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The Best Cheap Phones for (Almost) Every Budget

Google Pixel 4A ($350)

Google has taken everything you love to the 2019 Pixel 3A and improved it with the Pixel 4A (9/10, WIRED recommended). First, it's cheap. It's rare to see phones improve and prices fall. The 4A has an amazing camera (the same sensor as the largest pixel 4) and allows you to compete with your phone three times over the price. In this bracket, you won't find another device that can take low-light photos of the Pixel 4A - you can take a Milky Way photo using a tripod (if you've been in a dark enough place) thanks to Google's Night Sight mode.

iPhone SE Generation 2 ($399)

The iPhone SE (8/10, WIRED recommended) is perfect for those who want to get a cheap phone from Apple without all the bells and whistles on their premium models. If you don't have a feature like Face ID to recognize or have a big screen, SE works great if you're good at it. This will unlock based on a fingerprint with a Touch ID, and yes, the home button will return. It's a small size similar to the Pixel 4A - not as compact as the 2016 4-inch iPhone SE or iPhone 12 Mini, but the 4.7-inch screen is still very small compared to other phones. You get modern conveniences such as wireless charging and IP67 water resistance, but unfortunately, the headphone jack is not disconnected at all.

OnePlus Nord N10 5G ($300)

The first OnePlus Nord was not sold in the US, but the Nord N10 5G added a reasonable option to the OnePlus series to change that. What is special? You can get a 90 Hz display refresh rate, a high-speed 5G (sub 6) connection (if your area has 5G), and it's usually available for phones over $ 500.

Thanks to a slightly improved Qualcomm Snapdragon 690 chip and 6 gigabytes of RAM inside, the N10 5G works better than our previous $ 300 recommendation, the Moto G Stylus, but you'll still notice some rudeness here and there. The 690 is not compatible with the Snapdragon 730G on the Pixel 4A. The 6.5-inch screen is large, bright, and bright, but not as black as the OLED on the Pixel because of the LCD panel.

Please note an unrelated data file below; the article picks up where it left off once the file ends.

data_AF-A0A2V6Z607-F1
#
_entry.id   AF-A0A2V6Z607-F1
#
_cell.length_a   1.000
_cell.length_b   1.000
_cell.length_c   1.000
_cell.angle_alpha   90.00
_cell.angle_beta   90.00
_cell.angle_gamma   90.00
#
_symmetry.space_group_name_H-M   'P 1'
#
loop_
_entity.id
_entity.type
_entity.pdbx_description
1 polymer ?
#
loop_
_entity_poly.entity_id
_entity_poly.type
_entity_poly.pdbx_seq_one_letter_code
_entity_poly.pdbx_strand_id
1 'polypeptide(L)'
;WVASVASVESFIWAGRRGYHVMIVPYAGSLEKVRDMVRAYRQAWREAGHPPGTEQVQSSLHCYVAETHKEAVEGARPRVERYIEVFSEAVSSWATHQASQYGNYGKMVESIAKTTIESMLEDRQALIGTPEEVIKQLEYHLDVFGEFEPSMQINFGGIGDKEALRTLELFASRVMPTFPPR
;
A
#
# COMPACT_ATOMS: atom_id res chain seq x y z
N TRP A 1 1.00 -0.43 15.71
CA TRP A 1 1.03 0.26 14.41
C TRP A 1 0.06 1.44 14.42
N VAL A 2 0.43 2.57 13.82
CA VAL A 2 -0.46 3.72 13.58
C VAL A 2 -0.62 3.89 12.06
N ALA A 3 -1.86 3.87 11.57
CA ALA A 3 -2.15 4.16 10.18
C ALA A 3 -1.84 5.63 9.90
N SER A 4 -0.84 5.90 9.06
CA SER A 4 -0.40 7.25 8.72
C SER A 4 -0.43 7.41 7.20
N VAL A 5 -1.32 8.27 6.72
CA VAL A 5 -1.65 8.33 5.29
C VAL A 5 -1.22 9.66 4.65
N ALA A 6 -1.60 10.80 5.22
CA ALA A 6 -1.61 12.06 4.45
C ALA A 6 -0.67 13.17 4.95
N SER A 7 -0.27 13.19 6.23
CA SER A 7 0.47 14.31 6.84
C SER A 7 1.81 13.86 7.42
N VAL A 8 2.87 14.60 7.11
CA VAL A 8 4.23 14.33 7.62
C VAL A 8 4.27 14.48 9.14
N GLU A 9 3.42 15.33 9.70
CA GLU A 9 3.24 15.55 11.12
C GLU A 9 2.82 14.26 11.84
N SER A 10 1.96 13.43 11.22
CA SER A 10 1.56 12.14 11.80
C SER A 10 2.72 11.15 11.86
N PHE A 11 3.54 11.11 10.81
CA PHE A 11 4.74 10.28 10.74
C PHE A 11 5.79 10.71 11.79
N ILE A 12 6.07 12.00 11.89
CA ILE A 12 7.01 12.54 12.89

There are four rear cameras: main, ultra-band, macro, and monochrome, and the system are good at producing detailed, colorful images (sometimes too colorful). This includes low light results thanks to OnePlus's special Nightscape camera mode, which allows you to take more photos at night. It is still not compatible with Pixel, but you will be satisfied with the result.

The 4300 mAh battery is easy to use for more than a day, and you'll have a headphone jack, a 128GB gigabyte base expansion microSD card slot, NFC for contactless billing, and a fingerprint scanner. The only major drawback? OnePlus promises to update only one Android version for this phone (up to Android 11 released by Google in September 2020). Fortunately, you will receive a two-year security update.

Nokia 5.3 ($200)

You should lower your smartphone expectations starting at $ 200, but Nokia 5.3 came in to impress. Unlike Motorola's budget phones, you get NFC so you can pay in some stores through apps like Google Pay, and HMD promises a two-year update to the Android version and a three-year security update. Software support on such cheap phones is rare.

Over the course of a few weeks of testing, I was able to do everything I did on Twitter, from watching Twitter to sending emails to quadruple the cost. Thanks to the Snapdragon 665 inside (same as the G Stylus above). You'll encounter a few crashes here and there, and apps won't run as directly as on more expensive phones, but this will only cause power users to juggle multiple apps at once.

The 6.55-inch LCD screen isn't the brightest, but it does glow, and the battery lasts an average of a day. You'll also get other discounts, such as a headphone jack, fingerprint sensor, and microSD slot, to increase the 64 gigabytes that come with it. What you're missing is capable cameras, and the results are good during the day, but you'll have a hard time getting what you can use in low light. Unfortunately, Verizon's network is also not supported.

If you work on AT and T or T-Mobile and don't usually use your phone for light messaging, social networking, video streaming, or music, this Nokia will do it. It usually sells for less than $180.

TCL 10 Pro ($450) or TCL 10L ($250)

You probably know TCL by its affordable TVs, but now it's selling cheap phones. Don't worry, this isn't the company's first rodeo. However, the TCL 10 Pro and 10L are the first phones to be sold under their own name in the United States and are a very promising start.

The 10 Pro features a Snapdragon 675 chip, excellent performance, and a 6.5-inch OLED display that is bright and bright even in broad daylight. The 4500 mAh battery lasts all day, and the four-camera system works well in a variety of lighting conditions, but it's still not as good as the Pixel 3A. It's a glass sandwich, so it feels more upscale, but it also makes it fragile.

The plastic-backed 10L is more durable, and the Snapdragon 665 processor is slower to use, but it costs $ 200 less. The battery can last all day and take some nice pictures during the day, but the lack of night mode on this model means that your low-light shooting will look pretty bad. The screen is also a bit dim to see on a sunny outside.

The biggest drawback of TCL is that, like Motorola, these phones currently promise only one Android version update. This is frustrating and does not bode well for the longevity of these phones.